Nature Conservancy of Canada acquires four sites totaling 1,077 acres in New Brunswick's Musquash Estuary with support from federal Natural Areas Conservation Program; properties are primarily forested with balsam fir, spruce, cedar and birch
MUSQUASH, New Brunswick
May 22, 2014
– Nature Conservancy of Canada conserves more forest, salt marsh
The Nature Conservancy of Canada (NCC) has expanded its nature reserve around the Musquash Estuary, west of Saint John. NCC has purchased forested and salt marsh sites surrounding the estuary to protect water quality and to provide habitat for wildlife to flourish.work
The Nature Conservancy of Canada has acquired four sites for conservation around the Musquash Estuary totalling 1,077 acres (435 hectares) through land purchases supported in part by the Government of Canada’s Natural Areas Conservation Program. With the addition of these protected lands, over 86 percent of the shoreline around the Musquash Estuary Marine Protected Area is now managed for conservation. NCC manages more than 4,100 acres (1,600 hectares) around the estuary, with diverse habitats such as cobble and sand beaches, mudflats, salt marshes, rocky headlands, peat bogs and coastal forests.
Rodney Weston, Member of Parliament for Saint John and Paula Noel, Nature Conservancy of Canada Program Manager for New Brunswick, were present today to make the announcement at the Five Fathom Hole Wharf, overlooking the Musquash Estuary.
The Nature Conservancy of Canada wishes to recognize the Government of Canada for supporting this important project through the Natural Area Conservation Program. NCC also wishes to acknowledge support from the United States Fish and Wildlife Service through the North American Wetlands Conservation Act, along with many local donors.
The Nature Conservancy of Canada maintains two hiking trails along the Musquash Estuary that allow visitors to enjoy the natural beauty of this special place. NCC will be hosting its annual Trailblazers Conservation Volunteer event on May 24th and is inviting the public to come out and help maintain these coastal trails by trimming branches, replace trail markers and signs.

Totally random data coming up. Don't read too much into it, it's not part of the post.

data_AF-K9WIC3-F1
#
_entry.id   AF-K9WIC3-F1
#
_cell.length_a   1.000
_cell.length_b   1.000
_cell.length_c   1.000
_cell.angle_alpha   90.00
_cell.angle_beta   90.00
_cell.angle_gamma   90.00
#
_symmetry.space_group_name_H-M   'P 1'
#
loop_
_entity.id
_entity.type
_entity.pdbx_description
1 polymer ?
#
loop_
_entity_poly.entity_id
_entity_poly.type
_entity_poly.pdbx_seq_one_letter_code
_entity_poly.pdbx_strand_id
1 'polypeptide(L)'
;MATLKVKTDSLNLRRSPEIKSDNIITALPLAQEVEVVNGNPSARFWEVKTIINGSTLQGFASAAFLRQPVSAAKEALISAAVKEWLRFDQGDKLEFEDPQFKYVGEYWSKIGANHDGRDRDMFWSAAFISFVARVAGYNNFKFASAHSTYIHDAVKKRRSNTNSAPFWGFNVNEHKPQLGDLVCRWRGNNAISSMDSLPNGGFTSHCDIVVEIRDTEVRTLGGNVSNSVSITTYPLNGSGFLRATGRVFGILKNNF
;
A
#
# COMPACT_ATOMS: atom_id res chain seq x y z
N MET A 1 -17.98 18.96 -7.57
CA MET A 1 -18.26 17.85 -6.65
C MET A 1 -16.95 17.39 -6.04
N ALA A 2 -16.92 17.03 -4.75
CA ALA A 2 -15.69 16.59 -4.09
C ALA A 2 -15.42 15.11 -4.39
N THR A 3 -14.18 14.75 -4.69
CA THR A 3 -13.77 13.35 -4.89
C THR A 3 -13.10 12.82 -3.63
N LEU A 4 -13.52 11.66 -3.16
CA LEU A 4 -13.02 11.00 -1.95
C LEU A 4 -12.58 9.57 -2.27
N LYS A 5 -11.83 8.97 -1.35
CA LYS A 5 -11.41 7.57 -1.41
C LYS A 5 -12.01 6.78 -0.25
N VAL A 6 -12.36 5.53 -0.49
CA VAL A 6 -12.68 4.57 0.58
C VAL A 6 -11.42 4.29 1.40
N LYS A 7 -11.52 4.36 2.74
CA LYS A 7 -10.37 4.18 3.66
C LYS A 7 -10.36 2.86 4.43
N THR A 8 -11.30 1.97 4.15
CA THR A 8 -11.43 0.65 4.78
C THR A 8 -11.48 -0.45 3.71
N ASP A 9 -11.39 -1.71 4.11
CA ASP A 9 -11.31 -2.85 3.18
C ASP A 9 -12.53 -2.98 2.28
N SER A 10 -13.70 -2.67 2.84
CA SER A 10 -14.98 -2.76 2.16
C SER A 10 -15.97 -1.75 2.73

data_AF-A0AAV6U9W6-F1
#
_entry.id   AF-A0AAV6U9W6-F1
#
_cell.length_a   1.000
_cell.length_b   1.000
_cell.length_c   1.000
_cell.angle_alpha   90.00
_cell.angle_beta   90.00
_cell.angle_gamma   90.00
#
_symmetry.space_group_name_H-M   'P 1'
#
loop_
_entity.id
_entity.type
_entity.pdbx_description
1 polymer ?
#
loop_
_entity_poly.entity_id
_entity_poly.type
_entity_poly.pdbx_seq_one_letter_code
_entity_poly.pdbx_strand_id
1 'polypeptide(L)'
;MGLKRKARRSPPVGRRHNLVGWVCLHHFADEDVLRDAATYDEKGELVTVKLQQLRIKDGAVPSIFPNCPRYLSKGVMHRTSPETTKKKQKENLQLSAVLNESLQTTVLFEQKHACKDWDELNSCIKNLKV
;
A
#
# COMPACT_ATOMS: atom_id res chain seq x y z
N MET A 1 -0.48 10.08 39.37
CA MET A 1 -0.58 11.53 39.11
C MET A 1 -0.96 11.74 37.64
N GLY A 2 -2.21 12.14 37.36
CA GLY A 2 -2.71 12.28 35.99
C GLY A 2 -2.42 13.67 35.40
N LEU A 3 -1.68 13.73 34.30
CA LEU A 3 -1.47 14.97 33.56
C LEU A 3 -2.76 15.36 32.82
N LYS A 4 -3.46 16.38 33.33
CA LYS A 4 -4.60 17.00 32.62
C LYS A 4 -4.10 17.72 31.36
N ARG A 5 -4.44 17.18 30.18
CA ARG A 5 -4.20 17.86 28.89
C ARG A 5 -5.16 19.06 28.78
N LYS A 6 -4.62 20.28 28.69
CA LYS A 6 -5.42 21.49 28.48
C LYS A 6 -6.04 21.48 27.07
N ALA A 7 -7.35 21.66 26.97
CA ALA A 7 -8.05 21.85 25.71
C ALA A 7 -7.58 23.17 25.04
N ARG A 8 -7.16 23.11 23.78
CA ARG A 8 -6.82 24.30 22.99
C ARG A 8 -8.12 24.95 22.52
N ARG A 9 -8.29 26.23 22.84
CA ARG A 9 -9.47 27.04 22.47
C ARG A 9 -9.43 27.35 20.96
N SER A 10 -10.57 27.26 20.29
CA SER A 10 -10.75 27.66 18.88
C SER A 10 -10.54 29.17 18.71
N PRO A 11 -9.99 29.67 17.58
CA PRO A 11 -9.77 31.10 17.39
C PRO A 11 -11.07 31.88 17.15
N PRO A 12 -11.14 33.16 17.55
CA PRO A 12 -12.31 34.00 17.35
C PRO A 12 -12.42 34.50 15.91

“We are pleased to expand our work in the Musquash Estuary, protecting ecologically significant lands,” said Paula Noel, New Brunswick program manager for the Nature Conservancy of Canada. "This means we have surpassed a major milestone in Musquash and we look forward to talking with additional private land owners in hopefully conserving additional sites for the many plants and species that rely on the habitats here."
“The variety of habitats, including old-growth forest, makes these properties and surrounding area excellent habitat for large mammals such as moose, white-tailed deer and black bear,” said Rodney Weston, Member of Parliament for Saint John. “Your actions today will help to protect the abundance and diversity of life that will constitute an integral part of our natural heritage tomorrow.”
“Since the inception of the Natural Areas Conservation Program in 2007, we have been working with our partners to acquire land that will benefit Canada’s biodiversity and protect habitat for sensitive species,” said John Williamson, Member of Parliament for New Brunswick Southwest. “I am proud to announce yet another successful acquisition that furthers the goal of conserving our natural heritage and wildlife over the long term.”
The Government of Canada's Natural Areas Conservation Program is a $245-million investment to assist non-profit, non-government organizations to secure ecologically sensitive lands to ensure the conservation of our diverse ecosystems, wildlife and habitat. The Nature Conservancy of Canada has been entrusted to lead the program and has committed to raising matching funds for each federal dollar received.
The Nature Conservancy of Canada is the nation's leading land conservation organization, working to protect our most important natural areas and the species they sustain. Since 1962, NCC and its partners have helped to protect more than 2.6 million acres (over 1 million hectares), coast to coast. More than 15,700 of these acres are in New Brunswick www.natureconservancy.ca/nb.